- Hillary Harvey
- Amelia, Leo, and Clara Diamond at home in Kingston.
Around the age of three, it was apparent that either S was gender variant or trans. We just had to wait to see how it would emerge," Jipala says as she and Nathan alternate addressing their five-year-old, A, and me on the back porch of Nathan's house. Jipala and Nathan, both 30-something, live separately in Kingston, but they co-parent their two children. Nine-year-old S is in another room, working up the courage to come greet me. S knows I'm there to learn about her situation.
S was born with male anatomy, but as soon as she could talk, made it known that she was a girl. When she went to camp at the age of six, S transitioned, sporting a full girls' wardrobe and switching to female pronouns. Everyone knows: her school, friends, and family. But Jipala and Nathan recognized that their story would need to enter the public sphere, too. "You make yourself available to advocate," Jipala says. "I have to answer questions in a certain way. 'I'm so happy you asked.'" While the impulse is to help educate, the necessity for explanation can be exhausting, too. S was unsure about being the subject of a magazine article, so the use of her first initial and just her parents' first names is their compromise to provide some privacy.
Arlene Lev, LCSW-R, of Choices Counseling and Consulting in Albany, specializes in issues related to sexual orientation, sexuality, and gender identity and expression. She says, "There's a broad spectrum of children who are gender nonconforming." Research points to differential fetal development of the sex organs and gender identity in the brain, but Lev questions the benefit of searching for the causes of being transgender. "We're just beginning to understand how the brain works," says Lev. "Personally, I find the research interesting, but understanding how to make use of it clinically is more complex. What we know is that people who cross gender rules have existed in every culture since the beginning of time. The fact that a small, stable portion of the human family has this experience is just who we are."
She says parents worry about even subtle differences in gender expression that break societal rules. "We want to create a culture with greater acceptance of gender expression," says Lev. "Then the world would be safer for kids who are trans or have gender dysphoria."
Lev is a family therapist, with extensive training in how family systems work and how what happens to one member affects everyone. For the parents, the decisions surrounding transgender youth can cause distress. Sometimes when parents quell the feeling of gender discontent, children act out or become depressed, and transgender people suffer from an alarmingly high suicide rate. Same-sex couples face added judgment from a society that often doubts their capacity for parenting. For Jipala and Nathan, a big challenge is the common belief that it's a phase. As proof, people say they didn't let their kids be firemen or dinosaurs. "It's not an argument you can compare to what's happening with a trans kid," Jipala says. "Trans is not self-expression; it's primarily identity." "And parents do let kids dress up as a fireman for a whole year," Nathan points out.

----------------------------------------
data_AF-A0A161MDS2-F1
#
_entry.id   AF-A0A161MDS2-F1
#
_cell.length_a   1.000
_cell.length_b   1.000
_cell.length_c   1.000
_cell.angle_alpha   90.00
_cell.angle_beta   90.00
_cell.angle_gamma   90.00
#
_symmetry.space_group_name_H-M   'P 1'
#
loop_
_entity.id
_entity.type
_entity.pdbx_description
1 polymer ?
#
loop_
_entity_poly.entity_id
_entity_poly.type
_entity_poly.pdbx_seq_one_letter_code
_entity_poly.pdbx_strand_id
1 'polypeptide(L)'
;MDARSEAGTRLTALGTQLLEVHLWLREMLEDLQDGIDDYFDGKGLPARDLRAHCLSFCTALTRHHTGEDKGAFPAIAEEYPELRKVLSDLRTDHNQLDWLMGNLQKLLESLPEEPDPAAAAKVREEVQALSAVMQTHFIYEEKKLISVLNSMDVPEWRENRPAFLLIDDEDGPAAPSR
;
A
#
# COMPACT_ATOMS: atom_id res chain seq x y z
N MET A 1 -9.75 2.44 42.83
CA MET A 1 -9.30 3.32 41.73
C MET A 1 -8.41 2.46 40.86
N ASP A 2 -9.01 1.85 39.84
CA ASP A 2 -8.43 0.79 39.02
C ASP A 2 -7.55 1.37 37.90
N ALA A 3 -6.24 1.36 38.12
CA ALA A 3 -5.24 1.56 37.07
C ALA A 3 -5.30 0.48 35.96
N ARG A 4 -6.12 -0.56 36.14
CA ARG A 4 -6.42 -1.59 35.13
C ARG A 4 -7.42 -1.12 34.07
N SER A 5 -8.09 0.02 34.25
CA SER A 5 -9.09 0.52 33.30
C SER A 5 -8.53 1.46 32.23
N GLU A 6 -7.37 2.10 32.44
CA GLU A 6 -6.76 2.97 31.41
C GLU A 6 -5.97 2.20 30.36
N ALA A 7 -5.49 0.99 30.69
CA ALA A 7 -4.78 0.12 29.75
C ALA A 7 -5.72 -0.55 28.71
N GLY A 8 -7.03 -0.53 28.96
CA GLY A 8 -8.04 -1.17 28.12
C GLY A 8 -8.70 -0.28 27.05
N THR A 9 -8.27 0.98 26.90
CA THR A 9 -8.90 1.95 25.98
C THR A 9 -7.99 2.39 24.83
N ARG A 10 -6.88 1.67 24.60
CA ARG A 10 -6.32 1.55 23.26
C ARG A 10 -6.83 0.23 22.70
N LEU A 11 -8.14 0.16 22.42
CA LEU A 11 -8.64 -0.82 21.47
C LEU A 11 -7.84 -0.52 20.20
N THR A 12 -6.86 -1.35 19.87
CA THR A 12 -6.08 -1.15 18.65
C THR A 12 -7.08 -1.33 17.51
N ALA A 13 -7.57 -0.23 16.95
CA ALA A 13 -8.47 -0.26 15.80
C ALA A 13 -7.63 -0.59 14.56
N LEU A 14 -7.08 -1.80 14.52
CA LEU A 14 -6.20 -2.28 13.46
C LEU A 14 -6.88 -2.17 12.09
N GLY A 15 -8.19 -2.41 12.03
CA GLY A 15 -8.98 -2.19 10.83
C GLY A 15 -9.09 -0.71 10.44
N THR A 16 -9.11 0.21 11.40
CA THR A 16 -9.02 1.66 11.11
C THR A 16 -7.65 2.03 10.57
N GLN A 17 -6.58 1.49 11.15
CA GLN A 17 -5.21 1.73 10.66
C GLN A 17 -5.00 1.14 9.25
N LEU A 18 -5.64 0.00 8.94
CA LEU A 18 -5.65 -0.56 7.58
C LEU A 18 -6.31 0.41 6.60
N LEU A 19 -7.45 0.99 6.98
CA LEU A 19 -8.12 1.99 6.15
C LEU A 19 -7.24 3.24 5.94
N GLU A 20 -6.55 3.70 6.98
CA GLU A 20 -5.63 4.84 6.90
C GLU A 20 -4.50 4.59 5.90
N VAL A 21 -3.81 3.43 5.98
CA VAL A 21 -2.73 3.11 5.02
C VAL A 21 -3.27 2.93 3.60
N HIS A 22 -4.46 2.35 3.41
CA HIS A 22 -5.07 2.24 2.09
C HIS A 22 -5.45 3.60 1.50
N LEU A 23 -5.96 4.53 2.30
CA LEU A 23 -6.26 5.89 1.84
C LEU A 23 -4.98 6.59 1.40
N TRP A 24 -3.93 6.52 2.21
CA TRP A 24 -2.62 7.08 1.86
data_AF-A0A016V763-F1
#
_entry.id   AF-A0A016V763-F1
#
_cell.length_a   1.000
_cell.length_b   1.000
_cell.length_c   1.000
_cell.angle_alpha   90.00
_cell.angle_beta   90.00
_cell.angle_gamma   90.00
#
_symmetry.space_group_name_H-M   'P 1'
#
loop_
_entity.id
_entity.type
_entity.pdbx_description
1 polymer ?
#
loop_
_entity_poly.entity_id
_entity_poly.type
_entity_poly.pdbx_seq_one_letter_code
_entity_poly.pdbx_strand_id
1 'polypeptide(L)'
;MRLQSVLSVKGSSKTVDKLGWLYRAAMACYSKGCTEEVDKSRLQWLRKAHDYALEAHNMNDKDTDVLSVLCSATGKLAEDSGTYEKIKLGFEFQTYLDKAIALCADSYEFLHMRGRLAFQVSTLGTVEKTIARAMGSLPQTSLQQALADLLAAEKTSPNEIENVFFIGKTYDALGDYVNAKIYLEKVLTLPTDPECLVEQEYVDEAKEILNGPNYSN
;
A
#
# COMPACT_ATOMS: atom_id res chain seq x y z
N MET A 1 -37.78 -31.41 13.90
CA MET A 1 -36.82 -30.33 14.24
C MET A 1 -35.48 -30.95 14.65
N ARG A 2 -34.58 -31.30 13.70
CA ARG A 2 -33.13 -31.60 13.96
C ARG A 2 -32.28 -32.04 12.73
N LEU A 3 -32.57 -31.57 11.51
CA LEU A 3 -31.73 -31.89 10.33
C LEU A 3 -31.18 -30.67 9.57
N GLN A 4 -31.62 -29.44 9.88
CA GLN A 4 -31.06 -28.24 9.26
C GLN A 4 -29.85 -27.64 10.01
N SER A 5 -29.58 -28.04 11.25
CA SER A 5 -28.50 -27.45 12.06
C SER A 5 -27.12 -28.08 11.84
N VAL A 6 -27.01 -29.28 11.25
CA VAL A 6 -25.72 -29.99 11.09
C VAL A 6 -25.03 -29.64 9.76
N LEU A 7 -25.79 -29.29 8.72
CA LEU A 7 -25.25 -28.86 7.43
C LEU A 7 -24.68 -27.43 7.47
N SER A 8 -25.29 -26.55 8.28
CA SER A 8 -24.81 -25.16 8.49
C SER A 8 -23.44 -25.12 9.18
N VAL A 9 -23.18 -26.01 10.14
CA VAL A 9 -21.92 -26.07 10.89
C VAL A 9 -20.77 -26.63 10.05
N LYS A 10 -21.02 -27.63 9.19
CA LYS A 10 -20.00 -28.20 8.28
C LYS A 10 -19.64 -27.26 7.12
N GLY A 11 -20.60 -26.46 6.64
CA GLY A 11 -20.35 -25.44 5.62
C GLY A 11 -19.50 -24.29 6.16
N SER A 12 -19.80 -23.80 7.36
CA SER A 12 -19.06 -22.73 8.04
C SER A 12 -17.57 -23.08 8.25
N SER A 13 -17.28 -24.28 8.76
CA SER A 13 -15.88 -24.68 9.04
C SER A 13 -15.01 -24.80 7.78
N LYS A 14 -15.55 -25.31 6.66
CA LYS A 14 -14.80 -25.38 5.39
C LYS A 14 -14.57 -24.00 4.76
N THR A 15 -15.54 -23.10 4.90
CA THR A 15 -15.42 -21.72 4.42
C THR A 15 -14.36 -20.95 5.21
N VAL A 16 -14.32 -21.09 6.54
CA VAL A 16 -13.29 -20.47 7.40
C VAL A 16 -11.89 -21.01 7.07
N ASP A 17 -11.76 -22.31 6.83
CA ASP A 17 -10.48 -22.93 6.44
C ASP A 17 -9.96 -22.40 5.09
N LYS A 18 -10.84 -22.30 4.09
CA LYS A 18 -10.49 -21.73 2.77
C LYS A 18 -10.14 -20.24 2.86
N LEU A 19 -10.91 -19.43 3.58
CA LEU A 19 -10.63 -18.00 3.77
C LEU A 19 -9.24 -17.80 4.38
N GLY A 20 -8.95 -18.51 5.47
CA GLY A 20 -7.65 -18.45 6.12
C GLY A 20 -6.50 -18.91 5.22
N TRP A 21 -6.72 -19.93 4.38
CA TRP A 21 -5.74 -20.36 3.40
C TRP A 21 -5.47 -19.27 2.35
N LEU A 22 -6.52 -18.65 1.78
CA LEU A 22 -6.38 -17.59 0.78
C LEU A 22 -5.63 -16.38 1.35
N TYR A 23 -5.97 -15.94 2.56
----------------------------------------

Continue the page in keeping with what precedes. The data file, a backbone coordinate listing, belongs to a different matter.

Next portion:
"Most parents want to make their children's lives as easy and healthy as possible," Jipala says. "The cultural norms are so strong and so ingrained, maybe you'll go against them for yourself, as an adult, but you wouldn't electively choose to put your child through them. Unless it's a necessity."
Jipala and Nathan want what we all want for our kids: to support S as best they can, so she's a healthy, productive adult. When S mentions that she doesn't want facial hair, Nathan lets her know, without too much detail, that there are options. They're researching hormone blockers, which S can take for two years with minimal side effects. When discontinued, puberty resumes naturally. "That's manageable for me to think about, as a parent," Jipala says. "The goal is to give the kid more time."
As a child enters adolescence, the need to mitigate puberty for a potentially trans adulthood becomes important, because once sex characteristics develop, those features remain. In a system where counselors are needed for assessment before hormone treatment or surgery can be approved, Lev is, more than diagnosing, helping people to see if the challenges of transition are worth it for them.